Our May Budget with IRREGULAR Income.
Overall & Percentage Allocations of the Budget:
Step THREE: Make a plan for What to do with Extra income.
Make a written list of things you want to do with any extra income in one month. For example, let’s say Barb loves to get her hair done. She and Joe agree that she can get her hair done if they make extra money this month. They also have car loan and a small credit card loan. So for them, their list may look like this:
Irregular Income Planning:
- Barb Haircut – $100
- Target Credit Card – $400 remaining balance
- Joe Car Loan – $8,000
- Down payment for a house
Step FOUR: Consider Adding Sinking funds.
I have a long, ongoing love/hate relationship with sinking funds. So what the heck are sinking funds? This is when you set aside a small amount of money each month so that large expenses are not big hits to the budget. For us, a big one is car insurance every 6 months. We now set aside 1/6 of the cost of our car insurance monthly, so when it comes time to make the payment, there is already money ready and waiting to cover this expense.
For example, let’s say Barb loves Christmas. Every year, she spends about $600 on Christmas gifts. Every year, this is a huge blow to their December budget. This year, Joe and Barb decide on a sinking fund for Christmas. They take the total amount of money they plan to spend at Christmas ($600) and divide it by the number of months they plan to save (12 months). Thus, Joe and Barb plan to set aside $50 per month, every month until Christmas. Boom, they just made their first sinking fund! If you are still not sure about this concept, try this.
Honesty here, for awhile sinking funds overwhelmed me. I was reading what some Dave Ramsey followers do. Some people literally had a “fund” for everything. The list when on and on. Thus, I decided to do sinking funds for only the big expenses that happen 1-2 times per year. I have no hard and fast science for this. However, these are my current sinking funds:
- Christmas (yearly)
- Gifts (birthdays, baby showers, weddings, etc.)
- Service & car parts (oil changes, etc.)
- License plates (yearly)
- Car insurance (every 6 months)
- Motorcycle Insurance (yearly)
Some people go sinking fund crazy. For example, this blog by Sarah Titus explains sinking funds delightfully and gives 25 examples! Woa.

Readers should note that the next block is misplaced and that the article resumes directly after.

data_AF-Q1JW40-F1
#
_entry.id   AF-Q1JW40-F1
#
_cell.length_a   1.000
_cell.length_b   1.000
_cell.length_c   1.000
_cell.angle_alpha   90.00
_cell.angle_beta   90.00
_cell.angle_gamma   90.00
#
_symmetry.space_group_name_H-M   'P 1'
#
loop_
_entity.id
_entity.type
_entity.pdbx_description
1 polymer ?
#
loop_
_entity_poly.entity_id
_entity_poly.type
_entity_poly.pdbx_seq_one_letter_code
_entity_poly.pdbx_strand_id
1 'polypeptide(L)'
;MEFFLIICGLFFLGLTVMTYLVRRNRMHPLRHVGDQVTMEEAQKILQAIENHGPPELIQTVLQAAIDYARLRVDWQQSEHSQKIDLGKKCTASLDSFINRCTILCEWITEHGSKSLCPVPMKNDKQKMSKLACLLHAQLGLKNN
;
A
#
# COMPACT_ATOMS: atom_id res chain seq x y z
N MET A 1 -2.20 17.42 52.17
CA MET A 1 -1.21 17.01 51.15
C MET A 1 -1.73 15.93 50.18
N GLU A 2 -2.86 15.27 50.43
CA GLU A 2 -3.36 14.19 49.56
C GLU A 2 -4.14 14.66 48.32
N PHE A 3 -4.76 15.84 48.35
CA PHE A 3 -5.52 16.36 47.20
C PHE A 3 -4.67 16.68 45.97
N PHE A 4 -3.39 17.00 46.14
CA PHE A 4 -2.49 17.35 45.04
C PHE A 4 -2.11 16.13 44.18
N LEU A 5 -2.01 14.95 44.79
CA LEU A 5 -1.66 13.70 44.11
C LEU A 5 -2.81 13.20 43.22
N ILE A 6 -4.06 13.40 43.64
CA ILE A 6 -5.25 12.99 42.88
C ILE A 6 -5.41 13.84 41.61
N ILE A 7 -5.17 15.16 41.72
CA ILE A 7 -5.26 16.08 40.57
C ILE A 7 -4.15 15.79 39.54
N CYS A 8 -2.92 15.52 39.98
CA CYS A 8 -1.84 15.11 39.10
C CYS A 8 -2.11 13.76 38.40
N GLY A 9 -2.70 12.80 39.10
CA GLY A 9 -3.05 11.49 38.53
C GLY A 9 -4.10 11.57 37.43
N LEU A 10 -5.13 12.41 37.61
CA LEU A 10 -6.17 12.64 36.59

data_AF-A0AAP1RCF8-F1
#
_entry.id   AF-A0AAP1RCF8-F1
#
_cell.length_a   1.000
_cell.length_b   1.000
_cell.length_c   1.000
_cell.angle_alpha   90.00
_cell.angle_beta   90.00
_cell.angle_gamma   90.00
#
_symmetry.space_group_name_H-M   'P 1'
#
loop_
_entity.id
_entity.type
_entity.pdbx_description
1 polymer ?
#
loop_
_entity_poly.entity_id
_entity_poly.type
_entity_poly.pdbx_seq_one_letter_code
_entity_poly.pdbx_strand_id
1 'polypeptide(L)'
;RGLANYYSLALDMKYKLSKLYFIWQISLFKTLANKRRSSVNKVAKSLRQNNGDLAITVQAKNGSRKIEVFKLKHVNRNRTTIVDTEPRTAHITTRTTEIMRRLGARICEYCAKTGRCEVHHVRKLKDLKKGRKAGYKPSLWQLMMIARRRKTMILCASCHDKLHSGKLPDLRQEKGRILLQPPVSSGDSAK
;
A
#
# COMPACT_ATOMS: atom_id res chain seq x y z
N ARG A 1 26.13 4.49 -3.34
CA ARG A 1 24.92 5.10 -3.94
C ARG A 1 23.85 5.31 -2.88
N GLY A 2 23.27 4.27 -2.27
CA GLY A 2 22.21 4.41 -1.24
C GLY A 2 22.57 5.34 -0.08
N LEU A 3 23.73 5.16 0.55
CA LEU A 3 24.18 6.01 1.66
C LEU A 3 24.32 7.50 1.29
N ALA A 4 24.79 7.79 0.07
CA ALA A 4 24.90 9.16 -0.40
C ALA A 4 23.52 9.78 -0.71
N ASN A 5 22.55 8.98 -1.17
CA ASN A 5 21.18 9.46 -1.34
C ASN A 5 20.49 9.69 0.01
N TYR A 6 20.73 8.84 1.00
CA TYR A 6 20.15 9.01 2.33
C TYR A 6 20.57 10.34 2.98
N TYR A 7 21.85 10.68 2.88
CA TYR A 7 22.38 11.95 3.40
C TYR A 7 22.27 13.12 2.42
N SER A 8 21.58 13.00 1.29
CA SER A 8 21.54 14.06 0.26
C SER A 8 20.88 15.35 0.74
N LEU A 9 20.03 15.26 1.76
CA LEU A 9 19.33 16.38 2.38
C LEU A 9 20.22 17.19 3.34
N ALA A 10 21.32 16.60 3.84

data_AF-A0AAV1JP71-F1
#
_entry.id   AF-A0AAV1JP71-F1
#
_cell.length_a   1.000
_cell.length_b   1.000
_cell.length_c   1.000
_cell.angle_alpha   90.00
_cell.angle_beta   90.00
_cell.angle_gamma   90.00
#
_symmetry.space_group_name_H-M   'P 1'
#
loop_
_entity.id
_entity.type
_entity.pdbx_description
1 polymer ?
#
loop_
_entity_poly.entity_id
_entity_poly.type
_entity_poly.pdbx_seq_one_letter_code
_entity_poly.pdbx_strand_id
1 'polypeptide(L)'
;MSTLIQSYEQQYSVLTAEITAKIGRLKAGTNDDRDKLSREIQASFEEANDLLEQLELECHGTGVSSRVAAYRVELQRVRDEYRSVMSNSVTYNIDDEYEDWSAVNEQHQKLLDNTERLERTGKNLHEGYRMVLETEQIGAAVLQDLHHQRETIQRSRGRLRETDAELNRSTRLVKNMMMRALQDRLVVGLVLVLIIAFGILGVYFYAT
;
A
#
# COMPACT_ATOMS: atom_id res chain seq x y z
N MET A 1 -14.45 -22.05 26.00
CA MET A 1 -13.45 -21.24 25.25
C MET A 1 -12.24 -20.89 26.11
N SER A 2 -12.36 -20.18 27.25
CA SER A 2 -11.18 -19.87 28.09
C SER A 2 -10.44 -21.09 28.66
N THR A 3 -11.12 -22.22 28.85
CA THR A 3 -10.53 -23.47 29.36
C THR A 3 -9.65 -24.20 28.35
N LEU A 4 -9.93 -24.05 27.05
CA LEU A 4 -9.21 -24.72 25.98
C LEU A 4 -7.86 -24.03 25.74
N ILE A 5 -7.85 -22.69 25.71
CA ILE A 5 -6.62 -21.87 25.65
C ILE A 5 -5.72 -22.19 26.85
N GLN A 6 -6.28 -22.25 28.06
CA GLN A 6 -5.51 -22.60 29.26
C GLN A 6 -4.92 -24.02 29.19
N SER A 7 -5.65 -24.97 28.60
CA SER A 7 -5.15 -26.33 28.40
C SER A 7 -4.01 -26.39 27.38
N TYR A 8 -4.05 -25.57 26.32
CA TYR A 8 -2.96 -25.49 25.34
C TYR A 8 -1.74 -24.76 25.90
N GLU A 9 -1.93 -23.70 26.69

STEP FIVE. Decide on Cash vs. Debit.
Finally, Dave Ramsey is a HUGE supporter of the use of cash and the envelope system. I personally do not like carrying cash, but I have started using the clip system with cash for just some categories. (I use a wallet I already owned and these cute yet inexpensive clips) Everything else is on debt card or auto-paid right from our checking account, automatically. I am a huge fan of automating everything you can. First, it removes a point of stress. Second, goodbye to late fees forever. YOU NO LONGER HAVE THE OPTION TO USE CREDIT. If you had a good track record with managing money well and successfully living with credit, you likely are not reading this blog. And if it can work for Dave Ramsey, it can work for you too.
So, choose 1-3+ categories where you will use CASH. It is strongly recommend that you choose categories where you tend to overspend the most. Here is what we use cash for:
- Justin Personal Spending Money
- Sarah Personal Spending Money
That’s it! Time to give it a try. Please let me know how it goes and I would be more than happy to answer questions about my own budget.
PS. I am aware that our spending on gas is ridiculous. My husband and I each have a 30 minute highway commute, but in opposite directions. We bought our house because it was central between our two jobs. He uses his full-sized truck for work and I have an SUV for the Indiana winters. We plan to buy a cheaper “Dave” car for me for the non-snowy months. But it is a work in progress. To be continued on how we plan to cut our spending on gas.
Happy Budgeting and Debt Slaying,